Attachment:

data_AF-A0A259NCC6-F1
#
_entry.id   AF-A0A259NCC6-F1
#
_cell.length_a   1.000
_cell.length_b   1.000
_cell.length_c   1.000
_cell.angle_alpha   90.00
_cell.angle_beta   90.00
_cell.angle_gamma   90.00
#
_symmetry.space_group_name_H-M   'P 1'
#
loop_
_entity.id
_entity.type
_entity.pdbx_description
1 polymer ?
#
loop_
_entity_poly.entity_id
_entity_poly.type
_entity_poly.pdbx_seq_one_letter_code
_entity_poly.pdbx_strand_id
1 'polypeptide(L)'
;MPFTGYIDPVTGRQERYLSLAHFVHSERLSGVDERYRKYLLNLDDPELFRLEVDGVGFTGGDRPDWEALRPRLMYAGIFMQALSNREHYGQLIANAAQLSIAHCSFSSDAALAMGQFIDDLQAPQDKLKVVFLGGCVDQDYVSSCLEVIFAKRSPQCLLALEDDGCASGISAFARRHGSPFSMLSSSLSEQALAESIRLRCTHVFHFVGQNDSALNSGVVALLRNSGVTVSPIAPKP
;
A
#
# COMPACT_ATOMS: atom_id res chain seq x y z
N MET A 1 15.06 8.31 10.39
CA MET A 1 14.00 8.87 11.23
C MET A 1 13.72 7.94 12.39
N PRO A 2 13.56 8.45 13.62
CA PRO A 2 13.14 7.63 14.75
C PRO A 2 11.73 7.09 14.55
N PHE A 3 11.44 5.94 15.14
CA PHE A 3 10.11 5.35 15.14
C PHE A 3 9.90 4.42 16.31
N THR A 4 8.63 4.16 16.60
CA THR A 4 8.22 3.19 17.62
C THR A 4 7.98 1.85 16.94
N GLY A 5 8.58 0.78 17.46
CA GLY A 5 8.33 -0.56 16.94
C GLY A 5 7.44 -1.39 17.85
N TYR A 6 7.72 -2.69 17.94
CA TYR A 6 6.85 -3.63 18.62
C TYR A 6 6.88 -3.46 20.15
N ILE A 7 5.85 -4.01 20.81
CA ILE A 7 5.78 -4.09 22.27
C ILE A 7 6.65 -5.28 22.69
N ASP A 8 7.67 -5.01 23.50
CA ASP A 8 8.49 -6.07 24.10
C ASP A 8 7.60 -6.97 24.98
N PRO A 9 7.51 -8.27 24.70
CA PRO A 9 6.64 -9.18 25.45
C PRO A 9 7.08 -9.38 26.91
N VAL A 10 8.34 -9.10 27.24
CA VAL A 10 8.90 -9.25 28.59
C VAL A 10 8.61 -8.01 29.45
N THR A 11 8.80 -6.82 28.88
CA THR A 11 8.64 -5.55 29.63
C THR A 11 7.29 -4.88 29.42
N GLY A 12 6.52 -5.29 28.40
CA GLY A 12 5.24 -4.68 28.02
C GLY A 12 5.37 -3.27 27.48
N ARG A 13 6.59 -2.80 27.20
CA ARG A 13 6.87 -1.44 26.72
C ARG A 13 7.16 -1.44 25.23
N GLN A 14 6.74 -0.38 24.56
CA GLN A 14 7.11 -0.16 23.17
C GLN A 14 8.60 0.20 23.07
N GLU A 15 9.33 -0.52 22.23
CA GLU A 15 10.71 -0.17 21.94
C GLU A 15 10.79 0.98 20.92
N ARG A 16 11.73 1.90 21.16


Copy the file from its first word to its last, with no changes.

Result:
data_AF-A0A259NCC6-F1
#
_entry.id   AF-A0A259NCC6-F1
#
_cell.length_a   1.000
_cell.length_b   1.000
_cell.length_c   1.000
_cell.angle_alpha   90.00
_cell.angle_beta   90.00
_cell.angle_gamma   90.00
#
_symmetry.space_group_name_H-M   'P 1'
#
loop_
_entity.id
_entity.type
_entity.pdbx_description
1 polymer ?
#
loop_
_entity_poly.entity_id
_entity_poly.type
_entity_poly.pdbx_seq_one_letter_code
_entity_poly.pdbx_strand_id
1 'polypeptide(L)'
;MPFTGYIDPVTGRQERYLSLAHFVHSERLSGVDERYRKYLLNLDDPELFRLEVDGVGFTGGDRPDWEALRPRLMYAGIFMQALSNREHYGQLIANAAQLSIAHCSFSSDAALAMGQFIDDLQAPQDKLKVVFLGGCVDQDYVSSCLEVIFAKRSPQCLLALEDDGCASGISAFARRHGSPFSMLSSSLSEQALAESIRLRCTHVFHFVGQNDSALNSGVVALLRNSGVTVSPIAPKP
;
A
#
# COMPACT_ATOMS: atom_id res chain seq x y z
N MET A 1 15.06 8.31 10.39
CA MET A 1 14.00 8.87 11.23
C MET A 1 13.72 7.94 12.39
N PRO A 2 13.56 8.45 13.62
CA PRO A 2 13.14 7.63 14.75
C PRO A 2 11.73 7.09 14.55
N PHE A 3 11.44 5.94 15.14
CA PHE A 3 10.11 5.35 15.14
C PHE A 3 9.90 4.42 16.31
N THR A 4 8.63 4.16 16.60
CA THR A 4 8.22 3.19 17.62
C THR A 4 7.98 1.85 16.94
N GLY A 5 8.58 0.78 17.46
CA GLY A 5 8.33 -0.56 16.94
C GLY A 5 7.44 -1.39 17.85
N TYR A 6 7.72 -2.69 17.94
CA TYR A 6 6.85 -3.63 18.62
C TYR A 6 6.88 -3.46 20.15
N ILE A 7 5.85 -4.01 20.81
CA ILE A 7 5.78 -4.09 22.27
C ILE A 7 6.65 -5.28 22.69
N ASP A 8 7.67 -5.01 23.50
CA ASP A 8 8.49 -6.07 24.10
C ASP A 8 7.60 -6.97 24.98
N PRO A 9 7.51 -8.27 24.70
CA PRO A 9 6.64 -9.18 25.45
C PRO A 9 7.08 -9.38 26.91
N VAL A 10 8.34 -9.10 27.24
CA VAL A 10 8.90 -9.25 28.59
C VAL A 10 8.61 -8.01 29.45
N THR A 11 8.80 -6.82 28.88
CA THR A 11 8.64 -5.55 29.63
C THR A 11 7.29 -4.88 29.42
N GLY A 12 6.52 -5.29 28.40
CA GLY A 12 5.24 -4.68 28.02
C GLY A 12 5.37 -3.27 27.48
N ARG A 13 6.59 -2.80 27.20
CA ARG A 13 6.87 -1.44 26.72
C ARG A 13 7.16 -1.44 25.23
N GLN A 14 6.74 -0.38 24.56
CA GLN A 14 7.11 -0.16 23.17
C GLN A 14 8.60 0.20 23.07
N GLU A 15 9.33 -0.52 22.23
CA GLU A 15 10.71 -0.17 21.94
C GLU A 15 10.79 0.98 20.92
N ARG A 16 11.73 1.90 21.16